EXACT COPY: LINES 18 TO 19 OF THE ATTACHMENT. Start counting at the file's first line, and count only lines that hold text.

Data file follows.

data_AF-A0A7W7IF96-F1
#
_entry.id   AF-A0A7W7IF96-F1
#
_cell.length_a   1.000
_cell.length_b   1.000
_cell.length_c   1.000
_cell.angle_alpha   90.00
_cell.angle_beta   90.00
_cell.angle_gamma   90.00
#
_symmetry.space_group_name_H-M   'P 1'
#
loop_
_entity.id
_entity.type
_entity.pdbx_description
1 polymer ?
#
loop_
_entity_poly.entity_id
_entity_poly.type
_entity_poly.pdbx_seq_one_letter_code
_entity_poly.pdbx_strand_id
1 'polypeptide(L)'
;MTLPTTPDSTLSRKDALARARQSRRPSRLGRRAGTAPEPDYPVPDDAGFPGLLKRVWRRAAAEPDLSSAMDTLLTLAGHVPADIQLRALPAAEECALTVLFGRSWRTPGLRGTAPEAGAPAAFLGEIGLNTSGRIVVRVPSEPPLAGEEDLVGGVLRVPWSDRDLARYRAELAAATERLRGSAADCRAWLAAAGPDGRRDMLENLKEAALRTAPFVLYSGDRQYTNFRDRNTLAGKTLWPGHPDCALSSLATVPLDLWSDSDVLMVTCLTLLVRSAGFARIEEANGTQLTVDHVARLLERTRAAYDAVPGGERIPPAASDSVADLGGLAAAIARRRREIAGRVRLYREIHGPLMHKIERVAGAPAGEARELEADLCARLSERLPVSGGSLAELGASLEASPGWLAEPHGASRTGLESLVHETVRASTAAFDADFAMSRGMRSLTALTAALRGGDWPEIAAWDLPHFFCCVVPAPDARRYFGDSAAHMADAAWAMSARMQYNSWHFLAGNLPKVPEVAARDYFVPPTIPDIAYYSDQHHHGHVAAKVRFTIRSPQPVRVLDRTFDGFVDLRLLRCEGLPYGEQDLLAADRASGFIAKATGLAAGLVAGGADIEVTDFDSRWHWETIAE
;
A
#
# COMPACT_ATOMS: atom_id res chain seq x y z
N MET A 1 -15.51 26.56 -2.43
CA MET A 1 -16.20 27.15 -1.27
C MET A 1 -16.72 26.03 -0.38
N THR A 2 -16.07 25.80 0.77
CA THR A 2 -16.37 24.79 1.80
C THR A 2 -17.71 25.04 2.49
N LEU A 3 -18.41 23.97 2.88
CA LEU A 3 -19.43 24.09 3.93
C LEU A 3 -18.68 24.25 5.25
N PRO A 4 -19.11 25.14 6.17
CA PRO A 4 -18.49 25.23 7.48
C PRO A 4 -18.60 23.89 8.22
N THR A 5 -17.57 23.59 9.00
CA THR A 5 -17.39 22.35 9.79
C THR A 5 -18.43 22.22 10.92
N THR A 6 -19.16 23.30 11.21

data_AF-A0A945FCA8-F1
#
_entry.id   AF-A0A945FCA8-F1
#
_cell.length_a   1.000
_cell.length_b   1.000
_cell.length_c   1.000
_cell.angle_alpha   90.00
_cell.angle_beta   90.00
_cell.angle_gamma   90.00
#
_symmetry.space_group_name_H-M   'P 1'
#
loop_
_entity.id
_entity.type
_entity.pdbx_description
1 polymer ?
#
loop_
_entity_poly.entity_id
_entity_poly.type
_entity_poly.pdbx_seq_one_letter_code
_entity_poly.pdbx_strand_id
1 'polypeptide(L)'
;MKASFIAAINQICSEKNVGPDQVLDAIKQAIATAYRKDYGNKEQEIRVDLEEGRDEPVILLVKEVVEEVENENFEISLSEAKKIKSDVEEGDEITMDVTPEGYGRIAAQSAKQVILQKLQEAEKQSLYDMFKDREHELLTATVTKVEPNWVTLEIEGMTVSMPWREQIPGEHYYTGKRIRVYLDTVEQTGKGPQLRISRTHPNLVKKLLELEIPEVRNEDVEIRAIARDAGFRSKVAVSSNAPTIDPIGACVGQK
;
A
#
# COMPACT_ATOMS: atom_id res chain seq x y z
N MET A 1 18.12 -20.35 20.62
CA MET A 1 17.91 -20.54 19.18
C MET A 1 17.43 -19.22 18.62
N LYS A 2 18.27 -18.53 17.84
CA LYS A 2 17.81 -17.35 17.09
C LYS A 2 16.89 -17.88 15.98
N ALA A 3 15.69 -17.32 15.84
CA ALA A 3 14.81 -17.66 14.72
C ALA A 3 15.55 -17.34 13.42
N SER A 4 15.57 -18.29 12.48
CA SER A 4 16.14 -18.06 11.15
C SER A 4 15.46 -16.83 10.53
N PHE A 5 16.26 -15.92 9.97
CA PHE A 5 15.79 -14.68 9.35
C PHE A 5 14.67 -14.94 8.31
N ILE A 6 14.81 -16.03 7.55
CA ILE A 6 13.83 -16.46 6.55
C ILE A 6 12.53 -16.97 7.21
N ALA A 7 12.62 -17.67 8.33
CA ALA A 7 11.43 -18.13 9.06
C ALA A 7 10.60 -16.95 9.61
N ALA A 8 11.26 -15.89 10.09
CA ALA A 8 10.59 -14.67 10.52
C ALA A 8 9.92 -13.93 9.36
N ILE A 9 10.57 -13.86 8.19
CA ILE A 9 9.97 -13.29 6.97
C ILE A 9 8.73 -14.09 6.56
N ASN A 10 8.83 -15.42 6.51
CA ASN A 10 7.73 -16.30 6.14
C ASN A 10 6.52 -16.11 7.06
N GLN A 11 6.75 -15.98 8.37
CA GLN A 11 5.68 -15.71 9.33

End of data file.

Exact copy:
1 polymer ?
#